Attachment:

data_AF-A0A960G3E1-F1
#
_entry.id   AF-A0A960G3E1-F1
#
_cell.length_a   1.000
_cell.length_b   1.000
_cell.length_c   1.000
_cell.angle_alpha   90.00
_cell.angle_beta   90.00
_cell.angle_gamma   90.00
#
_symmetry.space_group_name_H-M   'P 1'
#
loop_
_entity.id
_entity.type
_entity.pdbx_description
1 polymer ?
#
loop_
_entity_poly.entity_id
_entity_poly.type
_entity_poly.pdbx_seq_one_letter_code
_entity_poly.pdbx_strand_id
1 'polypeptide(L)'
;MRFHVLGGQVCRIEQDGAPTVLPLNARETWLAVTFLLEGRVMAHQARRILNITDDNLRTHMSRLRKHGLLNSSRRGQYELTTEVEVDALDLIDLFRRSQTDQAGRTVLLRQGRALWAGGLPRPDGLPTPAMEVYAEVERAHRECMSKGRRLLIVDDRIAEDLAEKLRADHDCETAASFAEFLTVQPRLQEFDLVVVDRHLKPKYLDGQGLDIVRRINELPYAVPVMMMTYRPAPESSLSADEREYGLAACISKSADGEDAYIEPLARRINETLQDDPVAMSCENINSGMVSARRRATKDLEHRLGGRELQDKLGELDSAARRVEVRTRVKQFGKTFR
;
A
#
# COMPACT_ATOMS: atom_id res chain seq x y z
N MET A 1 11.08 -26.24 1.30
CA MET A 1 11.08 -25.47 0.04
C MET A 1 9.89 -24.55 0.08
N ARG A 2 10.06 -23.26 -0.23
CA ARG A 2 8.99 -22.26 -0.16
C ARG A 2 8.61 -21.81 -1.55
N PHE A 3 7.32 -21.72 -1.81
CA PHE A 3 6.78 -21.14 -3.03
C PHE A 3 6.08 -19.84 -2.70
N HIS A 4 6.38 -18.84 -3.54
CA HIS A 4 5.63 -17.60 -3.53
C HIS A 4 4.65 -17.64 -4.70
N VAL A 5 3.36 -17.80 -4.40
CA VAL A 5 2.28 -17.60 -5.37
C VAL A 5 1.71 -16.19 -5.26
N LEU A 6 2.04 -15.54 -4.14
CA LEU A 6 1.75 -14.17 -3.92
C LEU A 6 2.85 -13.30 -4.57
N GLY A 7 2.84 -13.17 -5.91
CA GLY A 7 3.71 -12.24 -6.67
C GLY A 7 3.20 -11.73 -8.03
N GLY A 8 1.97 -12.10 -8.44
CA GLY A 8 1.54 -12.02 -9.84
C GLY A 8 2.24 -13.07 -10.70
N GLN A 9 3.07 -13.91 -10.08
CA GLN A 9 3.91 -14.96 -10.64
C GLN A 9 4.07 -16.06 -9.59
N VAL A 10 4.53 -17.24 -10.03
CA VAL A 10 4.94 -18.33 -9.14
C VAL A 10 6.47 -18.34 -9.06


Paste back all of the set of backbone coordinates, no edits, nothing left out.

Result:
data_AF-A0A960G3E1-F1
#
_entry.id   AF-A0A960G3E1-F1
#
_cell.length_a   1.000
_cell.length_b   1.000
_cell.length_c   1.000
_cell.angle_alpha   90.00
_cell.angle_beta   90.00
_cell.angle_gamma   90.00
#
_symmetry.space_group_name_H-M   'P 1'
#
loop_
_entity.id
_entity.type
_entity.pdbx_description
1 polymer ?
#
loop_
_entity_poly.entity_id
_entity_poly.type
_entity_poly.pdbx_seq_one_letter_code
_entity_poly.pdbx_strand_id
1 'polypeptide(L)'
;MRFHVLGGQVCRIEQDGAPTVLPLNARETWLAVTFLLEGRVMAHQARRILNITDDNLRTHMSRLRKHGLLNSSRRGQYELTTEVEVDALDLIDLFRRSQTDQAGRTVLLRQGRALWAGGLPRPDGLPTPAMEVYAEVERAHRECMSKGRRLLIVDDRIAEDLAEKLRADHDCETAASFAEFLTVQPRLQEFDLVVVDRHLKPKYLDGQGLDIVRRINELPYAVPVMMMTYRPAPESSLSADEREYGLAACISKSADGEDAYIEPLARRINETLQDDPVAMSCENINSGMVSARRRATKDLEHRLGGRELQDKLGELDSAARRVEVRTRVKQFGKTFR
;
A
#
# COMPACT_ATOMS: atom_id res chain seq x y z
N MET A 1 11.08 -26.24 1.30
CA MET A 1 11.08 -25.47 0.04
C MET A 1 9.89 -24.55 0.08
N ARG A 2 10.06 -23.26 -0.23
CA ARG A 2 8.99 -22.26 -0.16
C ARG A 2 8.61 -21.81 -1.55
N PHE A 3 7.32 -21.72 -1.81
CA PHE A 3 6.78 -21.14 -3.03
C PHE A 3 6.08 -19.84 -2.70
N HIS A 4 6.38 -18.84 -3.54
CA HIS A 4 5.63 -17.60 -3.53
C HIS A 4 4.65 -17.64 -4.70
N VAL A 5 3.36 -17.80 -4.40
CA VAL A 5 2.28 -17.60 -5.37
C VAL A 5 1.71 -16.19 -5.26
N LEU A 6 2.04 -15.54 -4.14
CA LEU A 6 1.75 -14.17 -3.92
C LEU A 6 2.85 -13.30 -4.57
N GLY A 7 2.84 -13.17 -5.91
CA GLY A 7 3.71 -12.24 -6.67
C GLY A 7 3.20 -11.73 -8.03
N GLY A 8 1.97 -12.10 -8.44
CA GLY A 8 1.54 -12.02 -9.84
C GLY A 8 2.24 -13.07 -10.70
N GLN A 9 3.07 -13.91 -10.08
CA GLN A 9 3.91 -14.96 -10.64
C GLN A 9 4.07 -16.06 -9.59
N VAL A 10 4.53 -17.24 -10.03
CA VAL A 10 4.94 -18.33 -9.14
C VAL A 10 6.47 -18.34 -9.06